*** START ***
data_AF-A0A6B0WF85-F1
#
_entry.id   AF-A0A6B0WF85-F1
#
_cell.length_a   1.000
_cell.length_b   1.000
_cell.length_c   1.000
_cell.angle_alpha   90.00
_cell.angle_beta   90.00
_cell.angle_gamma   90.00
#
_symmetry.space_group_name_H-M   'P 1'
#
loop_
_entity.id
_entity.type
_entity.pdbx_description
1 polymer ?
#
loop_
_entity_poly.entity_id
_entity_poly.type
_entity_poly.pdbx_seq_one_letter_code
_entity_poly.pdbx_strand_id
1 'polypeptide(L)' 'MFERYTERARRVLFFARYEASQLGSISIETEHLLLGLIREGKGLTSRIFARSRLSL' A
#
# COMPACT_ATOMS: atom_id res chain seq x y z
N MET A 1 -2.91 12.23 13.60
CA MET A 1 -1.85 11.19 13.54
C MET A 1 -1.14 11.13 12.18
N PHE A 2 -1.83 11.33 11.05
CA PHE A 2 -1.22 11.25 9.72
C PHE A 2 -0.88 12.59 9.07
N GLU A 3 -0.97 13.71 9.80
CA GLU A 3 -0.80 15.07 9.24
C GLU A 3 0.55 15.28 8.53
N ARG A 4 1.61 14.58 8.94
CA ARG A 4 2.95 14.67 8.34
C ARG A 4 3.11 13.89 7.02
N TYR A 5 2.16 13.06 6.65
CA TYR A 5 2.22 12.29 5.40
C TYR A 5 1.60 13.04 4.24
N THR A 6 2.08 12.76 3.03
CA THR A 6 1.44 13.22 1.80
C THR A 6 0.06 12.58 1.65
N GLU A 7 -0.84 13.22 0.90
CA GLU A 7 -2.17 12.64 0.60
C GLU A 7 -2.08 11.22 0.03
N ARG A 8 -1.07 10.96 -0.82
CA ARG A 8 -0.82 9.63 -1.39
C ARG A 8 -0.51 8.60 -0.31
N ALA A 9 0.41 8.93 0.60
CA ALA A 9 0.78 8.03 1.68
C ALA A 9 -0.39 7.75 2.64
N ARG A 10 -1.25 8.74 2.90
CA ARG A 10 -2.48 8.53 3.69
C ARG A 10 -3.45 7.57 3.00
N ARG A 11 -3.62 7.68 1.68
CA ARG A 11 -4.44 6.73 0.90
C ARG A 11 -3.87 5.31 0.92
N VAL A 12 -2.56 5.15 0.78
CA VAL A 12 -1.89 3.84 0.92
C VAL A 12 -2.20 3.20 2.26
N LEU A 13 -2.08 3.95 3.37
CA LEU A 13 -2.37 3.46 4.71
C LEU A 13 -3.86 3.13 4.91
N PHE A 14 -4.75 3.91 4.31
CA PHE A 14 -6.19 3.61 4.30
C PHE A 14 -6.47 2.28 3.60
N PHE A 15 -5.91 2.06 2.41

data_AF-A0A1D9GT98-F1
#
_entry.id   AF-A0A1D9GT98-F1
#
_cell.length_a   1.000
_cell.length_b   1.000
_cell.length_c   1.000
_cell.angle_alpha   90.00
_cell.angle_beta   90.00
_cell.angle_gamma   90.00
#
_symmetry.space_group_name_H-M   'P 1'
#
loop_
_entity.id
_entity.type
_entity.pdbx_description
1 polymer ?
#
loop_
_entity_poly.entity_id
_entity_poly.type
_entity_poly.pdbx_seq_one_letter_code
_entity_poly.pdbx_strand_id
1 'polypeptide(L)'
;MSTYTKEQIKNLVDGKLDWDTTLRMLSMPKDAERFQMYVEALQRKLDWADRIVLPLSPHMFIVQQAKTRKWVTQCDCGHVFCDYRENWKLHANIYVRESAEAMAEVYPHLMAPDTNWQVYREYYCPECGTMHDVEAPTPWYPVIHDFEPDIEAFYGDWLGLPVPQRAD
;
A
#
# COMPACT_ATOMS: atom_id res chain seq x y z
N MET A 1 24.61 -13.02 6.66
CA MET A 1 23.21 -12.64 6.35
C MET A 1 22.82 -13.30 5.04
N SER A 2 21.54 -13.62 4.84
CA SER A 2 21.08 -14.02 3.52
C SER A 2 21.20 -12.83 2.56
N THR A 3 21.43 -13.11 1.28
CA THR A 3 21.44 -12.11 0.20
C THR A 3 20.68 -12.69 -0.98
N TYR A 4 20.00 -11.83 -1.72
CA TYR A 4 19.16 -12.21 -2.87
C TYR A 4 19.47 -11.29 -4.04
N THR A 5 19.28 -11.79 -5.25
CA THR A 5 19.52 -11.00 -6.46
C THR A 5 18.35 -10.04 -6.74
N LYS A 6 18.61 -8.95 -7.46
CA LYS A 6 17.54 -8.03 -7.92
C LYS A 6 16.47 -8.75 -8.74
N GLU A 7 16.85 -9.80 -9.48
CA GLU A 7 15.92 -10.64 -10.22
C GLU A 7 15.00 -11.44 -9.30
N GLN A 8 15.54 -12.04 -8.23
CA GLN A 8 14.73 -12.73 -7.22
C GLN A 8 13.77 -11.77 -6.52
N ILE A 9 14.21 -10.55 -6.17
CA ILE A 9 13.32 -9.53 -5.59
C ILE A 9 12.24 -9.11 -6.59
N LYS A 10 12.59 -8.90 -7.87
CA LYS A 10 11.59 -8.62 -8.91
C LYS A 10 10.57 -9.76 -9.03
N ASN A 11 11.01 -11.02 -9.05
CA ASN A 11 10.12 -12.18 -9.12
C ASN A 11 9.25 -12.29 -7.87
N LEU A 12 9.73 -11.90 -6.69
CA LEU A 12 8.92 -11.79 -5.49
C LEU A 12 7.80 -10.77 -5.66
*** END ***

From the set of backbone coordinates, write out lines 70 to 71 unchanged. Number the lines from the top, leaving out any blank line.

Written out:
N PHE A 15 -5.91 2.06 2.41

data_AF-A0A1D9GT98-F1